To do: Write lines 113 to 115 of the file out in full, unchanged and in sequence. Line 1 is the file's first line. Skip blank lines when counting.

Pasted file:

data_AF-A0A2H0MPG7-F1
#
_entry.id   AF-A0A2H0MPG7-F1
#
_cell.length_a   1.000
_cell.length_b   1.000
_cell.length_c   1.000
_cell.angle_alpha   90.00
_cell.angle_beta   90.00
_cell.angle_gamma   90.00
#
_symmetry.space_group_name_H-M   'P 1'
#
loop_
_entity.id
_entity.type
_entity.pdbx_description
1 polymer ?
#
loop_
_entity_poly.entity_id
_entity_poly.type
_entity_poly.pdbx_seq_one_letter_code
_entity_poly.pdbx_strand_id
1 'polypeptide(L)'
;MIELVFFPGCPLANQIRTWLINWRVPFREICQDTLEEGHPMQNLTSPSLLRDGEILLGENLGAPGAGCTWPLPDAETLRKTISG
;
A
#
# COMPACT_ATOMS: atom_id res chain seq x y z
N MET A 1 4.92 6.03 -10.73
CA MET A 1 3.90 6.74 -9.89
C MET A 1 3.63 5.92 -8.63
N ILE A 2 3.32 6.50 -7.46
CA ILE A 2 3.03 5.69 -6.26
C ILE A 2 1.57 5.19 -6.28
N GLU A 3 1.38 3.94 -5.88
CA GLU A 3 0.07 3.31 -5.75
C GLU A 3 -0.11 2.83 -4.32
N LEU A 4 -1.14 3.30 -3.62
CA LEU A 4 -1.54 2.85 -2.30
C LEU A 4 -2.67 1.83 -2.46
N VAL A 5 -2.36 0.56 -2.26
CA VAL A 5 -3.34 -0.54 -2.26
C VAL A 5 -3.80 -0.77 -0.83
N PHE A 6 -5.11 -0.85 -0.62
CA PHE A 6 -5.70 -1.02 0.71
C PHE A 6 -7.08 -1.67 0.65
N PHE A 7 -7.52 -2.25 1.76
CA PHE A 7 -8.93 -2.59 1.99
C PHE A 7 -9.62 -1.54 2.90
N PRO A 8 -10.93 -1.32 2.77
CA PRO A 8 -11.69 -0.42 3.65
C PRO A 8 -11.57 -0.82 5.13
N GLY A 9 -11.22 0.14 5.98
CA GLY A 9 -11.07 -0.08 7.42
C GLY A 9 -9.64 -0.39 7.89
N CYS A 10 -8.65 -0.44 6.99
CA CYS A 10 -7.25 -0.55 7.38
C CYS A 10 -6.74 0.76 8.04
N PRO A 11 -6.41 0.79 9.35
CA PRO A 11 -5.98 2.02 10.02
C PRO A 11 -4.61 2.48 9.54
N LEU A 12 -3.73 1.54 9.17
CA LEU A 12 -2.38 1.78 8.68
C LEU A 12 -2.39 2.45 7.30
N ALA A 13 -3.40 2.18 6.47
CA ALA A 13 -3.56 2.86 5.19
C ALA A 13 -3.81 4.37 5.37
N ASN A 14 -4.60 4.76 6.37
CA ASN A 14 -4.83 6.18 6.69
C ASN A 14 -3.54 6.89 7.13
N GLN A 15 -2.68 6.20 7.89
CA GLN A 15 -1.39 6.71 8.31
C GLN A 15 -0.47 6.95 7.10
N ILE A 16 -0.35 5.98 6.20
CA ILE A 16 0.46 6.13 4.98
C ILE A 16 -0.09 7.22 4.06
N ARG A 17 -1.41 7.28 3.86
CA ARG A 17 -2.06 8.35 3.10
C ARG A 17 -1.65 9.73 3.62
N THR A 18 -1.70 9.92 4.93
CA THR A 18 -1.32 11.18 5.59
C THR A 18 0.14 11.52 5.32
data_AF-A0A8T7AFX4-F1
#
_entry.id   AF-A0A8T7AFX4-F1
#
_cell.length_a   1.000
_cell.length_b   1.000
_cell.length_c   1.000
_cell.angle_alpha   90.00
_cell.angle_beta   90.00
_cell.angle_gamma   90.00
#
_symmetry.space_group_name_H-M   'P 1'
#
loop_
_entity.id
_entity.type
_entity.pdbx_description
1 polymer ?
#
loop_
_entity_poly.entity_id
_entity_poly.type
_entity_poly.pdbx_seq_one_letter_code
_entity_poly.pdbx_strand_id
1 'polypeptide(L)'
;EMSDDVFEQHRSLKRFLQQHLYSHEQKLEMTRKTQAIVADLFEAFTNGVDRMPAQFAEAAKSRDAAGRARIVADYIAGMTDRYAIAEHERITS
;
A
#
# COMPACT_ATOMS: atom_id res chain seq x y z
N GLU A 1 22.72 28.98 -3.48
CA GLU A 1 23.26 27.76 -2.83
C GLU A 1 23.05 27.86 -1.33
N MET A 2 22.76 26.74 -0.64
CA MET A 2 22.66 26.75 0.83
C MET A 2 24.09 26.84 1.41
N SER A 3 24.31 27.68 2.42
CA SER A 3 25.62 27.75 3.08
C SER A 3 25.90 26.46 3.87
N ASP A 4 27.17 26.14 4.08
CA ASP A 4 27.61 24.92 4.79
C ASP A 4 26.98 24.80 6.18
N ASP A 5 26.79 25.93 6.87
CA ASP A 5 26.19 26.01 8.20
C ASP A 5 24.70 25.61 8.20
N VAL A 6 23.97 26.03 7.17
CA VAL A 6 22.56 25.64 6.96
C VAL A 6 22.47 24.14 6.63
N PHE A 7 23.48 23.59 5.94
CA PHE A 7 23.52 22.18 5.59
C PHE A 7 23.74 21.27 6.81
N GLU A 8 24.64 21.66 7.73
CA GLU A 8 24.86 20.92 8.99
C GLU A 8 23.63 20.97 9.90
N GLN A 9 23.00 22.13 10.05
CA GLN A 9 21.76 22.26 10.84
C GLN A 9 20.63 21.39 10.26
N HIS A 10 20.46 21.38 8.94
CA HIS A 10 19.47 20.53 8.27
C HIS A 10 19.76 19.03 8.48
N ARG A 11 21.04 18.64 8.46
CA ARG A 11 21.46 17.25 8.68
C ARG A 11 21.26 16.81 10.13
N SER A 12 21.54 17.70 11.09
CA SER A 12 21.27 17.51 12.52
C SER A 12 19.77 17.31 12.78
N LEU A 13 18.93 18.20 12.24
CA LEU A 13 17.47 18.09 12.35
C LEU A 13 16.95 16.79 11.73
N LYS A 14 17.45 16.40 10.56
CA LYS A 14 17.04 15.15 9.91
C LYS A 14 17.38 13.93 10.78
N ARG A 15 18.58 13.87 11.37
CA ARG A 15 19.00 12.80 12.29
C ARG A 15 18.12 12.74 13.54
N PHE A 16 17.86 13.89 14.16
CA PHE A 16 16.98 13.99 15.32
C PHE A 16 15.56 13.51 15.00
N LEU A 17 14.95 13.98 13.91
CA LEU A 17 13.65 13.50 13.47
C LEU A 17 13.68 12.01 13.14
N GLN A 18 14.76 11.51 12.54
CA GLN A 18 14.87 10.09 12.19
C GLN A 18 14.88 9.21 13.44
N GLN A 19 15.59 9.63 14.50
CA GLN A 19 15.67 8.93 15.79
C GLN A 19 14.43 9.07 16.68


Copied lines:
#
# COMPACT_ATOMS: atom_id res chain seq x y z
N GLU A 1 22.72 28.98 -3.48